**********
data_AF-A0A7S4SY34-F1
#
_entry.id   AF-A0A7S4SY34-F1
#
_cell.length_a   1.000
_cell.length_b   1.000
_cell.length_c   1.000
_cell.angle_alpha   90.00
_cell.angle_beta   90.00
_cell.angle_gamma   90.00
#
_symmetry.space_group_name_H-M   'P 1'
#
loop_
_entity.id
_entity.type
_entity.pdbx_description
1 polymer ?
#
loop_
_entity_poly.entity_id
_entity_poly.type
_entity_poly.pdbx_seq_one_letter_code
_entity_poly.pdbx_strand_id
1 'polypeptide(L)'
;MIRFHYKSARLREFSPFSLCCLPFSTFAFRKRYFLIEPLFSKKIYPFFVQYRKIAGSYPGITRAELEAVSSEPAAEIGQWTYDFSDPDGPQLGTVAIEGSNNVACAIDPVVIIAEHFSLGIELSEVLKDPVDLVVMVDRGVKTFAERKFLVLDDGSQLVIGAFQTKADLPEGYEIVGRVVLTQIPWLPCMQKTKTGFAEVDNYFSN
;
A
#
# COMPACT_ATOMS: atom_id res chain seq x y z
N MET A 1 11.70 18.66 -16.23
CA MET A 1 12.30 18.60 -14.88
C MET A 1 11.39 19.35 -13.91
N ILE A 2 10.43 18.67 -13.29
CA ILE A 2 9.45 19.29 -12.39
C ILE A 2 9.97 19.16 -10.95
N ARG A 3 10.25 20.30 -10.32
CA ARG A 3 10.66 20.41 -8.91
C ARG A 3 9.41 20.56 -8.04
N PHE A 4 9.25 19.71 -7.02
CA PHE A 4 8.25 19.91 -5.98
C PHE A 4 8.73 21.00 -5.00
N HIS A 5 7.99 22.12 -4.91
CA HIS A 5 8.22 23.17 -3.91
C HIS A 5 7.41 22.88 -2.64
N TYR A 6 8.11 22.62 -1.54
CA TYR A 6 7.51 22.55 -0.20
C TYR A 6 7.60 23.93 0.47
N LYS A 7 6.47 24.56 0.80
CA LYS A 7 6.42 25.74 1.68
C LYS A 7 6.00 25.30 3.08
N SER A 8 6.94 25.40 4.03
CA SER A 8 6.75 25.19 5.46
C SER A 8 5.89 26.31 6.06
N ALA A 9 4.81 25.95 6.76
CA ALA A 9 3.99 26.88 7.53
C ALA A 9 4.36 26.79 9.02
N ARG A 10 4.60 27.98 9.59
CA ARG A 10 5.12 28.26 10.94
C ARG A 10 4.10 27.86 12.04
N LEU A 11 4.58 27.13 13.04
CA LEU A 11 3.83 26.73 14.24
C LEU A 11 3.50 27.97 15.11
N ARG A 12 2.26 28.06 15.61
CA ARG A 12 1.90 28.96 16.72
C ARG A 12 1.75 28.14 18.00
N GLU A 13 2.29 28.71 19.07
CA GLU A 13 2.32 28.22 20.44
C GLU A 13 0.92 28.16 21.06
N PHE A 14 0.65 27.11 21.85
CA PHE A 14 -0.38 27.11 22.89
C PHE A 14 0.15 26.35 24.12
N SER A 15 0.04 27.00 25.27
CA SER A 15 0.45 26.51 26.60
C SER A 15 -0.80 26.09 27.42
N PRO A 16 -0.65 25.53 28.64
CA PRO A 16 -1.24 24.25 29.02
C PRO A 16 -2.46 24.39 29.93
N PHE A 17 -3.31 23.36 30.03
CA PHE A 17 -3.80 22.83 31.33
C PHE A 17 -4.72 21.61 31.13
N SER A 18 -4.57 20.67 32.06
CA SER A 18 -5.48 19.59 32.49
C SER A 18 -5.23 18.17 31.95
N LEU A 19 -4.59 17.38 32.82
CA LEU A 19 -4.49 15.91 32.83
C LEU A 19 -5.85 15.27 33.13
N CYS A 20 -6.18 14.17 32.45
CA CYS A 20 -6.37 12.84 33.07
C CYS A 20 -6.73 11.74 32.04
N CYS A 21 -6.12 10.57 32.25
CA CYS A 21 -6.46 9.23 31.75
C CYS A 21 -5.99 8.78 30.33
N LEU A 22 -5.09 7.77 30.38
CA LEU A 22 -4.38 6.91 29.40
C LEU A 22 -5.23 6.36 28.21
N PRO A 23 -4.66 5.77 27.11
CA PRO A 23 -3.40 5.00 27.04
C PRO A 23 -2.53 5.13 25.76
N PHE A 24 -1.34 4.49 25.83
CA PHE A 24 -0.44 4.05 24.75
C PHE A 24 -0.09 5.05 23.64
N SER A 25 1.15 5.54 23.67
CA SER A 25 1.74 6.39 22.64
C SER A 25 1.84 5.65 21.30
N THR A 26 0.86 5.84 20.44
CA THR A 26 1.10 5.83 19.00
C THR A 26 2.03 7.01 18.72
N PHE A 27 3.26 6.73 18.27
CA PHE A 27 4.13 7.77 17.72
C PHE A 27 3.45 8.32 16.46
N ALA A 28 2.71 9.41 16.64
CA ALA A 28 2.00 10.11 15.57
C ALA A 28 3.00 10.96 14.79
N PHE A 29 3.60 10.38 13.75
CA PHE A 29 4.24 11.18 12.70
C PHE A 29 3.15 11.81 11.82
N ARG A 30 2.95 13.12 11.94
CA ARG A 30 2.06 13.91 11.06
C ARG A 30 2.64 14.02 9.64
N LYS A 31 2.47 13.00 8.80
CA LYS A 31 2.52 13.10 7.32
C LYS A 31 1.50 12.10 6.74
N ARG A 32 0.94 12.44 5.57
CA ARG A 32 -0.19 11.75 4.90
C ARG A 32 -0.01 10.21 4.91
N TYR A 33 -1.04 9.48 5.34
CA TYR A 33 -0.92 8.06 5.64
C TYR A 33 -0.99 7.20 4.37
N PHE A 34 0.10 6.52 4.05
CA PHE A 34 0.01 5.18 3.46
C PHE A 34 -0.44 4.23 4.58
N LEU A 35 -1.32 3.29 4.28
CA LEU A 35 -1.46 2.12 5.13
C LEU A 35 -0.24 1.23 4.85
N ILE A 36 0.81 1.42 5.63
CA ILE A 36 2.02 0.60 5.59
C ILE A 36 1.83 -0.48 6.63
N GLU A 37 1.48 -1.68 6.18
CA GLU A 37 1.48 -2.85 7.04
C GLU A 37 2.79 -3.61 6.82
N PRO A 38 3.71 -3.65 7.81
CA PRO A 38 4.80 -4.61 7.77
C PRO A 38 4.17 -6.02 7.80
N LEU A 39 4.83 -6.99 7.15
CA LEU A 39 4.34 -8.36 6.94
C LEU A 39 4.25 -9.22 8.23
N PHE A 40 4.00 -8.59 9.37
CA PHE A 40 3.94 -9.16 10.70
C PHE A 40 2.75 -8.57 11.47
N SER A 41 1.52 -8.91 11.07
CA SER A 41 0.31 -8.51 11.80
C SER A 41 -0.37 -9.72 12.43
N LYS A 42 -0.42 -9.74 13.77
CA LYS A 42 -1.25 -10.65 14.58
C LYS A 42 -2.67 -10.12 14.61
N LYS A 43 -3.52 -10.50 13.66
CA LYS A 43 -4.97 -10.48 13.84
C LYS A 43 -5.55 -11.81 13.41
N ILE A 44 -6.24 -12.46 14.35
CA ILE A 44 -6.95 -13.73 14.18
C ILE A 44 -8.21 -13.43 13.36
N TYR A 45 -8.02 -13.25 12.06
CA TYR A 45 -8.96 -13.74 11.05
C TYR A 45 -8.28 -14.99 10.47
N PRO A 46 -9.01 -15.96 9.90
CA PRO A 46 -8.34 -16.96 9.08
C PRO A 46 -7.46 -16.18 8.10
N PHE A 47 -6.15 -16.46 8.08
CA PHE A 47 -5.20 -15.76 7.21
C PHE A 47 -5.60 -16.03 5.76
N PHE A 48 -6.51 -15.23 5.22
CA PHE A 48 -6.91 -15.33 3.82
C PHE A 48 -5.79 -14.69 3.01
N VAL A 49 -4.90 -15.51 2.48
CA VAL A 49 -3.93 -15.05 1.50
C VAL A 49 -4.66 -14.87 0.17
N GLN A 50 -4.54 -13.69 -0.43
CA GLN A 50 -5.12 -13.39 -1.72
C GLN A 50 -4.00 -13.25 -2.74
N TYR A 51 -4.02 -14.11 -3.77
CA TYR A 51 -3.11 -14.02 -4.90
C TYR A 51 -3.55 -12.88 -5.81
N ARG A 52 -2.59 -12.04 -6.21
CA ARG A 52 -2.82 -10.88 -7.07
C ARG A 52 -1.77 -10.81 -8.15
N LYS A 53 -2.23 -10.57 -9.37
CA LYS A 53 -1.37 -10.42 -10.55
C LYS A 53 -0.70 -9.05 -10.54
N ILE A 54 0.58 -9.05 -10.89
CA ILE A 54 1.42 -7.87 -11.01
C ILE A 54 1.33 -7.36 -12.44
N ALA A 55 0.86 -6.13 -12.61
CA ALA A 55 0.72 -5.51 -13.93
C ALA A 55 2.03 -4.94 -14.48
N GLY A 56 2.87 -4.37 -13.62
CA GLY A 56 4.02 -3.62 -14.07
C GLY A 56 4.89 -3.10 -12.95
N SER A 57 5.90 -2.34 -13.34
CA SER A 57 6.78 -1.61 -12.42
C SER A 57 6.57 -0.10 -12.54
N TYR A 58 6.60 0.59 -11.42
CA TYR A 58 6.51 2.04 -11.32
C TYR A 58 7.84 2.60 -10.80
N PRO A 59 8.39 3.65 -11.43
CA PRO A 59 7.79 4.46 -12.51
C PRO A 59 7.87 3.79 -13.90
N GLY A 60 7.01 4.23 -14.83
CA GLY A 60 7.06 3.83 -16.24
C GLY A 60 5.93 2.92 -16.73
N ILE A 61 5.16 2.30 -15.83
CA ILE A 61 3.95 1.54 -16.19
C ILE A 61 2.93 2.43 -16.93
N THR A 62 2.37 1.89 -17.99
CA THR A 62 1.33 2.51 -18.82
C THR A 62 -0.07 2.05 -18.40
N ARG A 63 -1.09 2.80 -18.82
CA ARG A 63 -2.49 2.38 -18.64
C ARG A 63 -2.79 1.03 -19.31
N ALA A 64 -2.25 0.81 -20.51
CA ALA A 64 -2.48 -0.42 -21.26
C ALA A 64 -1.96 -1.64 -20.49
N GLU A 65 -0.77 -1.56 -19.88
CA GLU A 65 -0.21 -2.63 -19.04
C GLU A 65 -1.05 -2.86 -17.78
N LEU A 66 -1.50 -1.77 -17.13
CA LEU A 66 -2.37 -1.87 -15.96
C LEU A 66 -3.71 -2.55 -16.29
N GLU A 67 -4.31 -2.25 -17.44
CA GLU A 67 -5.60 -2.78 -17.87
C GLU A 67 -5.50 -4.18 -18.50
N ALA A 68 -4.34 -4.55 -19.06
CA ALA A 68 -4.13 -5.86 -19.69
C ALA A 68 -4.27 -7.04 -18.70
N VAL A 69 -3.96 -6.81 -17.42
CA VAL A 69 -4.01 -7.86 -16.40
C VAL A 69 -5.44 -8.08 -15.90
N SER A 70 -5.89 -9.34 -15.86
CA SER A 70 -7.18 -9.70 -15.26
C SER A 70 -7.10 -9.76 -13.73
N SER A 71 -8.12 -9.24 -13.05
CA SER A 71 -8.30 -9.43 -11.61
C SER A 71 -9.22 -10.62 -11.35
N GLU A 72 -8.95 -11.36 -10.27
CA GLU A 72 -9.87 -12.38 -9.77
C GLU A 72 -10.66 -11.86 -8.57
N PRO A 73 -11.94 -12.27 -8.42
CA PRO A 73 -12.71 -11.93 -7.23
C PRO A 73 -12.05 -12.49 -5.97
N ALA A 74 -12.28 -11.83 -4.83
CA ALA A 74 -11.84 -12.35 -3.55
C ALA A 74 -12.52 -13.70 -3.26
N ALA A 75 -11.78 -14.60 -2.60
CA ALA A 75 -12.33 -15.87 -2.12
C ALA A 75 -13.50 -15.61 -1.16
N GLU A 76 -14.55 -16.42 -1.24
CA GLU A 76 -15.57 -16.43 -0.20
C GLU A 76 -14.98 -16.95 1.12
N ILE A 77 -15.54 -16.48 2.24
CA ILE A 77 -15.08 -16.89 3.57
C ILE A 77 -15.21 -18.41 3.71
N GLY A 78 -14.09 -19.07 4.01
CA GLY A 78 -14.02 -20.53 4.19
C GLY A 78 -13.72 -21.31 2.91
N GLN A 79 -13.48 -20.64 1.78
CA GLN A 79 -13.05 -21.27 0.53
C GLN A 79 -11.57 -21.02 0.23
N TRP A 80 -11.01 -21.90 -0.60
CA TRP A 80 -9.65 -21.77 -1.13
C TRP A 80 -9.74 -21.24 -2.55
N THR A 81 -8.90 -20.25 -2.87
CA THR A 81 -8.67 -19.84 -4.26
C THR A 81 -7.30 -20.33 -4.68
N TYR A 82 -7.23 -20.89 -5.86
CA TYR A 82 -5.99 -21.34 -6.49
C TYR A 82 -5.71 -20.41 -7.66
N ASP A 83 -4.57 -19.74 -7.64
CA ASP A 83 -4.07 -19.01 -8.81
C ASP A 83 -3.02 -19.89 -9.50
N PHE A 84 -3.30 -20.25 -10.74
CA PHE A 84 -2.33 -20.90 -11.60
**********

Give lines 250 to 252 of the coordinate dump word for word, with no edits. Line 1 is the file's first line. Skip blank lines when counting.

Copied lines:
N ALA A 74 -12.28 -11.83 -4.83
CA ALA A 74 -11.84 -12.35 -3.55
C ALA A 74 -12.52 -13.70 -3.26